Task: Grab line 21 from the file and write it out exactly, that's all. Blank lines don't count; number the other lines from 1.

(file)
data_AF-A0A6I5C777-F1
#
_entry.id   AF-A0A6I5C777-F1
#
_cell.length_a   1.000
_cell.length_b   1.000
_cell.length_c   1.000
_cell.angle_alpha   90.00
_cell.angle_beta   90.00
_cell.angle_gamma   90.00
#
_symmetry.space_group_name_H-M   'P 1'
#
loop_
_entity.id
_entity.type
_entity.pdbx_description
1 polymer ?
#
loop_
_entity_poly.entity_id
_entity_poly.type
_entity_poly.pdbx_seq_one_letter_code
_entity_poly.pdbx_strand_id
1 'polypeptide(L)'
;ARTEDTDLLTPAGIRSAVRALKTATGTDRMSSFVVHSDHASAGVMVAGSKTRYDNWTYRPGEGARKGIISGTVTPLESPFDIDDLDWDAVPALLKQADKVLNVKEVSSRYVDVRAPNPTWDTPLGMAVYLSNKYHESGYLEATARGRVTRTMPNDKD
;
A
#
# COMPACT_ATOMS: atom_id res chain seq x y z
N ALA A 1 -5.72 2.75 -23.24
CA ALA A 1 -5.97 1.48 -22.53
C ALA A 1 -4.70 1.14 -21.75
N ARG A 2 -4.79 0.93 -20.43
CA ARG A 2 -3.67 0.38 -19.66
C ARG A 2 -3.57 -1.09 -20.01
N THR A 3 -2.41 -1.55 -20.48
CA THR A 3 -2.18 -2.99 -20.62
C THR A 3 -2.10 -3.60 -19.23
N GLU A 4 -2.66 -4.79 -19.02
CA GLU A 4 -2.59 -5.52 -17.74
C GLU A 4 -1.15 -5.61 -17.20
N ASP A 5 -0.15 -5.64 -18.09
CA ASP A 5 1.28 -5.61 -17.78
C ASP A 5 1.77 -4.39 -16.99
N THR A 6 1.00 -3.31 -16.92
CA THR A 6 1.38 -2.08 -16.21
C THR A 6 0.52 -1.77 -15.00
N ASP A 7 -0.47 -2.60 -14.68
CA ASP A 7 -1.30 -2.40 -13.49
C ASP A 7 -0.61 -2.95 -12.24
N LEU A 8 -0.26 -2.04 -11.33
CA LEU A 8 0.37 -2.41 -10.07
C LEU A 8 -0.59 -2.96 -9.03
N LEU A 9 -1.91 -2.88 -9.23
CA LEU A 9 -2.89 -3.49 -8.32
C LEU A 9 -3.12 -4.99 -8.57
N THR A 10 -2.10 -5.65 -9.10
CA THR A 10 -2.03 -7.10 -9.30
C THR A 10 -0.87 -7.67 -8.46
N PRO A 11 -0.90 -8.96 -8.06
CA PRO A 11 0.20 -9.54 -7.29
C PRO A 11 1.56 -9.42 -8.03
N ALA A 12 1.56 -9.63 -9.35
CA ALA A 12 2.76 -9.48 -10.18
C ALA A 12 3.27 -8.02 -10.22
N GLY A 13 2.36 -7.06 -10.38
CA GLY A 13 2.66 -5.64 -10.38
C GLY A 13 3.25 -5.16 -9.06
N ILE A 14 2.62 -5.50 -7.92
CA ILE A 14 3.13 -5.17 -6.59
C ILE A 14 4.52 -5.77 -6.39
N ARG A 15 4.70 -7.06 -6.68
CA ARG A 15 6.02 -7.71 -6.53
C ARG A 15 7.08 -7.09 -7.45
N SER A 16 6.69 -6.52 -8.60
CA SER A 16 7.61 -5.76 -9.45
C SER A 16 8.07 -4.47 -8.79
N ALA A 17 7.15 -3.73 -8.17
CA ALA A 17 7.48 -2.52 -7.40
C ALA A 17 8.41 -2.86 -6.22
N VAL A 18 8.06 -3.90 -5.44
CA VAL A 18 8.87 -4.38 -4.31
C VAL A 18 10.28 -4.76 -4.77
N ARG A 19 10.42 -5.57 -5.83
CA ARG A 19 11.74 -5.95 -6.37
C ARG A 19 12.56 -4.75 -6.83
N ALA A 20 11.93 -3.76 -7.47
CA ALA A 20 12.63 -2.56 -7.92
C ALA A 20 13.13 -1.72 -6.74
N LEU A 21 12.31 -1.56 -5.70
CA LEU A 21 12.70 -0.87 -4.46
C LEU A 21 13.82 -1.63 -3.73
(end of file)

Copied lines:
_entity_poly.entity_id